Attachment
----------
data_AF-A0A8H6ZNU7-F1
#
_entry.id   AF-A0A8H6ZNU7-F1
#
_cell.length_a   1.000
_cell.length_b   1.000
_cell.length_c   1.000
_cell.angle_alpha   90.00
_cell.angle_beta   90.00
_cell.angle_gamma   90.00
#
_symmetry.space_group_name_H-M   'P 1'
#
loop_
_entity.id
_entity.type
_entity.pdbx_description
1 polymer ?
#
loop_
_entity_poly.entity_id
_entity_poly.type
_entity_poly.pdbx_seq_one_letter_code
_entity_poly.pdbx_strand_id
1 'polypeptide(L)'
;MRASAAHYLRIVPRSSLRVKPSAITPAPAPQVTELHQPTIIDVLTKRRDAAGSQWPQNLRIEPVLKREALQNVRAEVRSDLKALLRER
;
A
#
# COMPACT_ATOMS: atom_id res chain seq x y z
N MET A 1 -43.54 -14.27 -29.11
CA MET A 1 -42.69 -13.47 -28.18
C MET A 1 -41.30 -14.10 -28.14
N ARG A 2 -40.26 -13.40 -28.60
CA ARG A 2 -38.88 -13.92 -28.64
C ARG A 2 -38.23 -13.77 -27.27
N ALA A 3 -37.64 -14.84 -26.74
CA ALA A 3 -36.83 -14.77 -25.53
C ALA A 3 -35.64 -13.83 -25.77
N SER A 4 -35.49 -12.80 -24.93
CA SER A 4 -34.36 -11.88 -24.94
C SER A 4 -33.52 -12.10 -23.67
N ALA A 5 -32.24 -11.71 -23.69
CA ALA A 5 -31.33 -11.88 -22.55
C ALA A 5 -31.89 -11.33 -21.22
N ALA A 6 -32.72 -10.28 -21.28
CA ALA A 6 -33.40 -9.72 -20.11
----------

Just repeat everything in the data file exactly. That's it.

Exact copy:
data_AF-A0A8H6ZNU7-F1
#
_entry.id   AF-A0A8H6ZNU7-F1
#
_cell.length_a   1.000
_cell.length_b   1.000
_cell.length_c   1.000
_cell.angle_alpha   90.00
_cell.angle_beta   90.00
_cell.angle_gamma   90.00
#
_symmetry.space_group_name_H-M   'P 1'
#
loop_
_entity.id
_entity.type
_entity.pdbx_description
1 polymer ?
#
loop_
_entity_poly.entity_id
_entity_poly.type
_entity_poly.pdbx_seq_one_letter_code
_entity_poly.pdbx_strand_id
1 'polypeptide(L)'
;MRASAAHYLRIVPRSSLRVKPSAITPAPAPQVTELHQPTIIDVLTKRRDAAGSQWPQNLRIEPVLKREALQNVRAEVRSDLKALLRER
;
A
#
# COMPACT_ATOMS: atom_id res chain seq x y z
N MET A 1 -43.54 -14.27 -29.11
CA MET A 1 -42.69 -13.47 -28.18
C MET A 1 -41.30 -14.10 -28.14
N ARG A 2 -40.26 -13.40 -28.60
CA ARG A 2 -38.88 -13.92 -28.64
C ARG A 2 -38.23 -13.77 -27.27
N ALA A 3 -37.64 -14.84 -26.74
CA ALA A 3 -36.83 -14.77 -25.53
C ALA A 3 -35.64 -13.83 -25.77
N SER A 4 -35.49 -12.80 -24.93
CA SER A 4 -34.36 -11.88 -24.94
C SER A 4 -33.52 -12.10 -23.67
N ALA A 5 -32.24 -11.71 -23.69
CA ALA A 5 -31.33 -11.88 -22.55
C ALA A 5 -31.89 -11.33 -21.22
N ALA A 6 -32.72 -10.28 -21.28
CA ALA A 6 -33.40 -9.72 -20.11